In turn, this ‘multiplexing’ trend will undoubtedly present new and demanding challenges requiring a variety of further research and development. One such emergent development is the incorporation of stem cells as a tissue source for devices.
These ‘self-renewing’ cells that can differentiate into one or more specialized cell types are more physiologically representative than other cell lines and are predicted to become the main tissue source for future OOC devices (Wu et al., 2020). Other examples include the use of functional hydrogels, the development of vascularized OOC devices, and the implementation of automated closed-loop system control (Tajeddin and Mustafaoglu, 2021; Aazmi et al., 2021).
References and Further Reading
Aazmi, A., Zhou, H., Li, Y., Yu, M., Xu, X., Wu, Y., Ma, L., Zhang, B. and Yang, H., 2021. Engineered Vasculature for Organ-on-a-Chip Systems. Engineering. https://www.sciencedirect.com/science/article/pii/S2095809921003337
Ingber, D., 2022. Human Organs-on-Chips. [online] Wyss Institute. Available at: <https://wyss.harvard.edu/technology/human-organs-on-chips/#:~:text=4%2F7%20The%20Organs%2Don,that%20mimic%20organ%2Dlevel%20physiology>
Kostrzewski, T., Maraver, P., Ouro‐Gnao, L., Levi, A., Snow, S., Miedzik, A., Rombouts, K. and Hughes, D., 2019. A Microphysiological System for Studying Nonalcoholic Steatohepatitis. Hepatology Communications, 4(1), pp.77-91. https://aasldpubs.onlinelibrary.wiley.com/doi/full/10.1002/hep4.1450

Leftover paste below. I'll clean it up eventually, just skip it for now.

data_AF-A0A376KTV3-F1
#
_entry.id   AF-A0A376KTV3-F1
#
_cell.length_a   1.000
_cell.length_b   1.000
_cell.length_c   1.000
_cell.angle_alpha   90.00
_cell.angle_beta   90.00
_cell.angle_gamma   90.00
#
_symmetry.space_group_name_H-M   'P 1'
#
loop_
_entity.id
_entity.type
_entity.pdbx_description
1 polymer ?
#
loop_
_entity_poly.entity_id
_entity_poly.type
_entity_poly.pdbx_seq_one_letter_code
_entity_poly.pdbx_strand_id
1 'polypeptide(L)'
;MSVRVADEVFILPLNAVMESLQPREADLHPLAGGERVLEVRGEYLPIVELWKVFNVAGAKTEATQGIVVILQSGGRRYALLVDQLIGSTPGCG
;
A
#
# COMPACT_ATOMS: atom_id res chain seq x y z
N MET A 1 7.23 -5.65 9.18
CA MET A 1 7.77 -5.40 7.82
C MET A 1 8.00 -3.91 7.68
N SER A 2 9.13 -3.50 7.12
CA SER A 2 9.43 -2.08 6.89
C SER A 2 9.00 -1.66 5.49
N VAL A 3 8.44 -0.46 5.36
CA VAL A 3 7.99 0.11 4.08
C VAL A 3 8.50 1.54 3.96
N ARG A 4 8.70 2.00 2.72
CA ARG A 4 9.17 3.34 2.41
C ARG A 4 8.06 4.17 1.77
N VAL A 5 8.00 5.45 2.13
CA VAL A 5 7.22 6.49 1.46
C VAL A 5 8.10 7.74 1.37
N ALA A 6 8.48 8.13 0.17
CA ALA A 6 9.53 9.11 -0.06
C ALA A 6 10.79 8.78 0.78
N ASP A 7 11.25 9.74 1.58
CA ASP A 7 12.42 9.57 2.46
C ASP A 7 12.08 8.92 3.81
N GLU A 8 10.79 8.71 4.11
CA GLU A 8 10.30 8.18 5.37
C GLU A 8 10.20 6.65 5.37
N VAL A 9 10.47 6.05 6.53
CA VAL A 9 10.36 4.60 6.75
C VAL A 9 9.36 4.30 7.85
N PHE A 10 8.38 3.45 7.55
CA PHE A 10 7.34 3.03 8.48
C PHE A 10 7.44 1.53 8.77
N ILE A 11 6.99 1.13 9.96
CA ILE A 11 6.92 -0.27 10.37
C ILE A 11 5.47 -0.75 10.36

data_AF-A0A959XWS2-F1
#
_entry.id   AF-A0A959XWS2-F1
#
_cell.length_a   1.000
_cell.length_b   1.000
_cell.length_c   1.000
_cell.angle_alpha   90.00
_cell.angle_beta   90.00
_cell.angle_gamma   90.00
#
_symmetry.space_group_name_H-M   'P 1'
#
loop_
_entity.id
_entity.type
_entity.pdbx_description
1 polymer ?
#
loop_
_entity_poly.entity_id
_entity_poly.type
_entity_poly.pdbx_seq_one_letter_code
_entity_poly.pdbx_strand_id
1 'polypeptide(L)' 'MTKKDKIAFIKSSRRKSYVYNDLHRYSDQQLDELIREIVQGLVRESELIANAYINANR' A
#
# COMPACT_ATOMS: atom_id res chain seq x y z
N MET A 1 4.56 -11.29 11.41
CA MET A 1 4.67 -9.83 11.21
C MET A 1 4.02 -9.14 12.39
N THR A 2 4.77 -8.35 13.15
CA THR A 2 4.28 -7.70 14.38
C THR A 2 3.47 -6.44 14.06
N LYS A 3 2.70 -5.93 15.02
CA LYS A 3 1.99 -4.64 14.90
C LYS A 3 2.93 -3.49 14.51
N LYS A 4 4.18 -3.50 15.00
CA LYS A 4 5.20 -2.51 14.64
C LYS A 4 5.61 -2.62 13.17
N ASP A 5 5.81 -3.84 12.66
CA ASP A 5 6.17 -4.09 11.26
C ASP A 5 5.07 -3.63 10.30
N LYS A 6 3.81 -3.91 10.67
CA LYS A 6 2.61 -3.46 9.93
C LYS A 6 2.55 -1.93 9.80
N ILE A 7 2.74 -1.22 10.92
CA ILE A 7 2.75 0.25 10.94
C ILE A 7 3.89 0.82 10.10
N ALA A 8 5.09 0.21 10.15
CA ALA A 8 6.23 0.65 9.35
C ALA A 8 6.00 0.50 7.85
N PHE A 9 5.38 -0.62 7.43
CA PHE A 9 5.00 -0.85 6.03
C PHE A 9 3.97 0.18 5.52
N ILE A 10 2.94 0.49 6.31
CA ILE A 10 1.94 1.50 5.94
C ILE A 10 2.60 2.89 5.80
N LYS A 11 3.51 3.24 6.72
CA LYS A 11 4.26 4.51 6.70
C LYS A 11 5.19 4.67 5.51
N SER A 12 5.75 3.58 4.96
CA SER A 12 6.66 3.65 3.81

Peng, J., Rochow, N., Dabaghi, M., Bozanovic, R., Jansen, J., Predescu, D., DeFrance, B., Lee, S., Fusch, G., Ravi Selvaganapathy, P. and Fusch, C., 2018. Postnatal dilatation of umbilical cord vessels and its impact on wall integrity: Prerequisite for the artificial placenta. The International Journal of Artificial Organs, 41(7), pp.393-399. https://pubmed.ncbi.nlm.nih.gov/29562805/
Tajeddin, A. and Mustafaoglu, N., 2021. Design and Fabrication of Organ-on-Chips: Promises and Challenges. Micromachines, 12(12), p.1443. https://www.mdpi.com/2072-666X/12/12/1443
Van den Berg, A., Mummery, C., Passier, R. and van der Meer, A., 2019. Personalised organs-on-chips: functional testing for precision medicine. Lab on a Chip, 19(2), pp.198-205. https://pubs.rsc.org/en/content/articlelanding/2019/lc/c8lc00827b
Wang, Y., Wang, P. and Qin, J., 2021. Microfluidic Organs-on-a-Chip for Modeling Human Infectious Diseases. Accounts of Chemical Research, 54(18), pp.3550-3562. https://pubmed.ncbi.nlm.nih.gov/34459199/
Wouters, O., McKee, M. and Luyten, J., 2020. Estimated Research and Development Investment Needed to Bring a New Medicine to Market, 2009-2018. JAMA, 323(9), p.844. https://jamanetwork.com/journals/jama/fullarticle/2762311
Wu, Q., Liu, J., Wang, X., Feng, L., Wu, J., Zhu, X., Wen, W. and Gong, X., 2020. Organ-on-a-chip: recent breakthroughs and future prospects. BioMedical Engineering OnLine, 19(1). https://biomedical-engineering-online.biomedcentral.com/articles/10.1186/s12938-020-0752-0